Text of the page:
Regional Action Thailand
Thailand is both a donor and implementer of Global Fund programmes. Since 2001, Thailand has contributed a total of US$ 23.34 million to date, and at the Sixth Replenishment, pledged US$ 4.5 million.
Since 2004, the Global Fund has disbursed over US$ 545.59 million to Thailand for HIV, TB, TB/HIV and malaria programmes, and Thailand is included in the following multicountry grants of the Global Fund – Multicountry Asia IHAA, Multicountry East Asia and Pacific APN, Multicountry East Asia and Pacific RAI, Multicountry South-Eastern Asia AFAO, and Multicountry TB Asia TEAM.
In April 2019, the Dhanin Tawee Chearavanont Foundation became the first private sector partner to support the Global Fund’s largest regional initiative to eliminate drug-resistant malaria in the Greater Mekong region with a contribution of US$ 2 million over two years.
Through the COVID-19 Response Mechanism (C19RM) in 2021, the Global Fund supported Thailand with over US$ 20.6 million to fight COVID-19, including for the procurement of personal protective equipment (PPE) and COVID-19 diagnostic tests, strengthening infection prevention and control, and the procurement of TB molecular test equipment with strong focus on provision for community organisations, migrants and key population. The C19RM funding also focused on mitigating the impact of COVID-19 on HIV and TB programmes and strengthening community health systems (including community-led monitoring, social mobilisation and advocacy, and community-based organisation institutional strengthening).
In the 2020-2022 allocation cycle of the Global Fund, 17.8% of the total resources raised during the Sixth Replenishment have been allocated for the East Asia and the Pacific and the South Asia regions which constitute the Asia-Pacific region.
As of 2019, the Global Fund has saved 18.7 million lives in the region, has put 2.3 million people on antiretroviral therapy for HIV, has treated 4.2 million people with TB and has distributed 25 million mosquito nets.18.7 million lives saved through the Global Fund partnership represents 49% of the global figure; 2.3 million people on antiretroviral therapy represent 11% of the global figure; 4.2 million people with TB treated represents 73% of the global figure; and 25 million mosquito nets distributed is 16% of the global figure. (please note that these numbers include Asia -Pacific and MENA 2 regions. Asia and the Pacific includes countries in South West Asia, East Asia, and the Pacific. MENA 2 comprises Iraq, Jordan, Lebanon, Palestine, Syria, and Yemen).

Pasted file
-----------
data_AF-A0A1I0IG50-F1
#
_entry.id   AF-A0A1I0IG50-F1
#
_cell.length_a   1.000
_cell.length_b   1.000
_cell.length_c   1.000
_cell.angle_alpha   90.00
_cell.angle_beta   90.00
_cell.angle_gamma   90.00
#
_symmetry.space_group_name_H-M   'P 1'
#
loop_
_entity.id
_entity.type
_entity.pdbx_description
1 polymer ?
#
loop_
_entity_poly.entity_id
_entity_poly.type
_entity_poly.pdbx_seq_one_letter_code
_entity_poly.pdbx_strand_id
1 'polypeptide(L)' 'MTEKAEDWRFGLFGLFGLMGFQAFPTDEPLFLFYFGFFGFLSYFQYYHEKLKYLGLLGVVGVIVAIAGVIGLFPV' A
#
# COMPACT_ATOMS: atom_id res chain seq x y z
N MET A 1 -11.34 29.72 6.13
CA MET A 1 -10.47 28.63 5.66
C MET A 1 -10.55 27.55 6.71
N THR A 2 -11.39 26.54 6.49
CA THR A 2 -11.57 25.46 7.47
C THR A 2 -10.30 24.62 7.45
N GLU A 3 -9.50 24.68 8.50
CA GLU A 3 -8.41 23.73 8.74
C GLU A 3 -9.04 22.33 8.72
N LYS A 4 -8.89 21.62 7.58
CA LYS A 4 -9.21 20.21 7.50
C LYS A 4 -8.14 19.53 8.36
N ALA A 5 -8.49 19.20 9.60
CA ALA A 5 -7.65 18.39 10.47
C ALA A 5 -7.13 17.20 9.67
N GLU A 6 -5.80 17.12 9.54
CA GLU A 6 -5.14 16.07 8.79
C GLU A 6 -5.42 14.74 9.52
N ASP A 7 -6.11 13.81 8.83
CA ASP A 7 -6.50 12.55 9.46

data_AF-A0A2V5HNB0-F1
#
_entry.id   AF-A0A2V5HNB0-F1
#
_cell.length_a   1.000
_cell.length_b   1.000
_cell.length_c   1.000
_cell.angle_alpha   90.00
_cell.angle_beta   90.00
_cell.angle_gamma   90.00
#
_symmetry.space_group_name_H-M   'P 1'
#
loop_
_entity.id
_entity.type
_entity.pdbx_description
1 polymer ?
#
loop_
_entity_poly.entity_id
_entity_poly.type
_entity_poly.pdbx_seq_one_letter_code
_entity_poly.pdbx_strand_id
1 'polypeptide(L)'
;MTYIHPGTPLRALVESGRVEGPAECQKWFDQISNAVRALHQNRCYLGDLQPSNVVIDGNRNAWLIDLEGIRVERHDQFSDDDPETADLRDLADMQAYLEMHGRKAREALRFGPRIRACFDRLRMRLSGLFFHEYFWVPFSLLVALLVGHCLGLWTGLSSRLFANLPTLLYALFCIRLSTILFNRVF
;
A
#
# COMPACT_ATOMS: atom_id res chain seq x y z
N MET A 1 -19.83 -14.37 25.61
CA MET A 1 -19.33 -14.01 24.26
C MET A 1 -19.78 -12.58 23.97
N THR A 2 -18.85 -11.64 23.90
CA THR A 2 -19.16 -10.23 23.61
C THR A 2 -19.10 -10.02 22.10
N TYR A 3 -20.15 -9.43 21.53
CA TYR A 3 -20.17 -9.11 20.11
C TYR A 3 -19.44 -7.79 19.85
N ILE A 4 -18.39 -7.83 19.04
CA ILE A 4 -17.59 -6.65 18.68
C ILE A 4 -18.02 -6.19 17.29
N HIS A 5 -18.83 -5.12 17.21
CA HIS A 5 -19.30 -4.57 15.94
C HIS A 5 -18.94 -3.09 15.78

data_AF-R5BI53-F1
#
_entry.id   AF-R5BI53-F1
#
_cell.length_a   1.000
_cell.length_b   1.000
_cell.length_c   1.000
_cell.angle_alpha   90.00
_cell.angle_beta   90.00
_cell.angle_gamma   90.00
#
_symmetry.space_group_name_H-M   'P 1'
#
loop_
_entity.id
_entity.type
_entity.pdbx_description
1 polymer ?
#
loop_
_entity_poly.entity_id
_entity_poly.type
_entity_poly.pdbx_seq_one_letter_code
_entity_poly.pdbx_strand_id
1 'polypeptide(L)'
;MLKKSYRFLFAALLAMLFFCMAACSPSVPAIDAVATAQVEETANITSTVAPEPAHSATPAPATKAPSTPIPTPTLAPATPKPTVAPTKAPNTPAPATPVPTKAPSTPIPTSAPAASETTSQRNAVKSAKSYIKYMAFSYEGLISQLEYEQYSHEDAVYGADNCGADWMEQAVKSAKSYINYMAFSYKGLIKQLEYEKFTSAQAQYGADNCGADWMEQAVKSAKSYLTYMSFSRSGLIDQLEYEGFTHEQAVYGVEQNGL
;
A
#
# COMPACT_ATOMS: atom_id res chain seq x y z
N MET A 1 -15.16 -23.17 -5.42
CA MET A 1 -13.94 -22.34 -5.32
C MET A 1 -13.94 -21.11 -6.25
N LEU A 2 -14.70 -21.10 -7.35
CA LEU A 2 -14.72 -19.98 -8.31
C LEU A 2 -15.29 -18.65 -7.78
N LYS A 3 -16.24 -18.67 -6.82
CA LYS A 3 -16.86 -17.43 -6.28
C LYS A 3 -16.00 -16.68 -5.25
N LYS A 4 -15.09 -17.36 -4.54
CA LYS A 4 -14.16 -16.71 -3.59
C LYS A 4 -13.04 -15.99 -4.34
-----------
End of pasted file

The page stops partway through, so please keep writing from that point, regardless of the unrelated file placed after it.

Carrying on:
Progress towards 2030 HIV targets in Asia-Pacific is mixed with Cambodia and Thailand have achieved targets, but many other countries off track. Overall there was a 12% reduction in new infections and a 29% reduction in deaths from 2010 – 2019. In 2019 South-East Asia (SEA) had the largest global share of people with TB (44%). Western Pacific (WP) had the third largest (18%). Incidence reduction was 8.7% in SEA and 6.1% in WP from 2010- 2019, deaths declined 10% and 17% respectively. Reduction in malaria incidence (73%) and deaths (74%) in South-East Asia (SEA) is the highest of any region between 2000-2019. All countries in SEA were on track to achieve the Global Technical Strategy for Malaria Elimination 2020 targets, except Indonesia with a 37% mortality reduction. The Western Pacific (WP) region has seen a 5% increase in incidence and 10% reduction in deaths since 2010.
About the action
Leading up to the Global Week of Action, well wishers gathered together to fold origami paper cranes in support of the action. This was taken on the 7th March 2022 with family of APCASO staff and friends from Ukraine.
Colleagues at APCASO on the 9th March preparing the letters for the delivery to donor embassies.
The Orizuru (origami paper crane) is considered to be the most classic of all Japanese origami. The crane is a symbol of success and good fortune in Japanese culture and the origami paper crane is a symbol of peace, love, and hope, and healing during challenging times.
On 11th March, the 16 letters were arranged to be delivered by courier to the Donor Embassies or High Commissions of Australia, Belgium, Canada, Denmark, Germany, Italy, France, Japan, Netherlands, New Zealand, Spain, Sweden, Switzerland, United Kingdom, United States and the European Commission Delegation.